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Liveblog: Docker Networking

This is a liveblog of the Docker Networking breakout session. This session is led by Madhu Venugopal and Jana Radhakrishnan, both formerly of Socketplane (and now with Docker following the acquisition). They are introduced by John Willis, also formerly of Socketplane and well-known within the DevOps community.

Some display issues plague the session at the beginning, so it appears that Murphy’s Law is back with a vengeance.

Madhu starts out the session with an overview of why networking (in particular Docker networking) is so important. Networking is vast and complex, and networking is an inherent part of distributed applications. Therefore, it’s important to make networking developer-friendly and application-driven. He shares a vision: “We’ll do for networking what Docker did for compute”. So what are the goals from this vision?

  • Make “network” and “service” top-level objects
  • Provide a pluggable networking stack
  • Span networks across multiple hosts
  • Support multiple platforms

Libnetwork is a key part of this effort. It was open-sourced in April, with over 200 pull requests and 200 GitHub stars. Windows and FreeBSD ports are in progress. Libnetwork is part of the Docker 1.7 release with limited functionality, allowing users to test it before it is fully enabled in a future release (1.8, I think).

Madhu now passes it over to Jana, who will do a “deeper dive” on Docker networking. Madhu mentioned Libnetwork, but Jana provides a more comprehensive explanation of what Libnetwork is. Libnetwork is a library for creating and managing network stacks for containers, intended to be independent of Docker. Libnetwork uses driver-based networking. “Driver-based networking” means that Libnetwork should (and can) support plugins to allow it to work with multiple back-ends from multiple providers. Via driver-based networking, Libnetwork provides a unified API for integrating networking solutions into Docker. Finally, Libnetwork implements the Container Network Model (CNM).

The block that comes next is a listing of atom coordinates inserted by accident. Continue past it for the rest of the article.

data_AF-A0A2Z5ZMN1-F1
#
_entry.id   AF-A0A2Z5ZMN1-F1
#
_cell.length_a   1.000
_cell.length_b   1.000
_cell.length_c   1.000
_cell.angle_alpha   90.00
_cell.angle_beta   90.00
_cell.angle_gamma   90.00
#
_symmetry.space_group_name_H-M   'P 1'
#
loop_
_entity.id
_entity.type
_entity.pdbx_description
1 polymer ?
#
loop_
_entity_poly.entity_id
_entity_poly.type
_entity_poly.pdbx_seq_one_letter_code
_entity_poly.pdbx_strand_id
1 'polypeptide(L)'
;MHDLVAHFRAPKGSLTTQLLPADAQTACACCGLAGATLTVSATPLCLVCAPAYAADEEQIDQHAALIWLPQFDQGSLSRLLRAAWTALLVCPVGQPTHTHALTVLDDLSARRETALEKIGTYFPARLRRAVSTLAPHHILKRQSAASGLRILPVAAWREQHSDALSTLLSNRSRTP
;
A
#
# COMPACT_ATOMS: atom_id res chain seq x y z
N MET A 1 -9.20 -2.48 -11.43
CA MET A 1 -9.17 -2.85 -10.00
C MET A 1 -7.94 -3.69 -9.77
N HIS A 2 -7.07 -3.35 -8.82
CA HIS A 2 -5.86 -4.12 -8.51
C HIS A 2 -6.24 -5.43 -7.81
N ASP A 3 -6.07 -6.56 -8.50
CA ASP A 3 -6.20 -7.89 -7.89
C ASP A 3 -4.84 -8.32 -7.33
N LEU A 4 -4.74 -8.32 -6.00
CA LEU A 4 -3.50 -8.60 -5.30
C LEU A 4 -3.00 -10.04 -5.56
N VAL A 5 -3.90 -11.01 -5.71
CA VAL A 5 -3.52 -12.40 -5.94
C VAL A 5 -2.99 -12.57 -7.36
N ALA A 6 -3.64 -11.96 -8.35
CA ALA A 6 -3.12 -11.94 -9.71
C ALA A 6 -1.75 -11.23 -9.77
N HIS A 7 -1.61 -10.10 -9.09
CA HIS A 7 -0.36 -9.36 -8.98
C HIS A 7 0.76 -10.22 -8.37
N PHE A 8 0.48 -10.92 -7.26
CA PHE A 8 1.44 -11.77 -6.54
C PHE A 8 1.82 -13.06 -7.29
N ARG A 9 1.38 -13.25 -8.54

The CNM contains a number of different constructs:

  • Endpoint (you might also see this referenced as service or service endpoint)
  • Network
  • Sandbox

Using the term “endpoint” allows Libnetwork to decouple the container from the connection to the network. The endpoint’s lifetime is completely separate from the container’s lifetime; endpoints can be created and destroyed independently of containers that provide a service via an endpoint. A “network” is a collection of endpoints that are allowed to communicate with each other. If a container is not part of a network, it can’t (by default) communicate with containers that are part of a network. A “sandbox” is an isolation mechanism for grouping endpoints that is independent of the actual container. This makes Libnetwork more indedendent of Docker (not tied to the container runtime) and decouples the grouping of interfaces from the container itself. Using the idea of a sandbox also makes Libnetwork more OS-agnostic, since namespaces and the like are Linux constructs.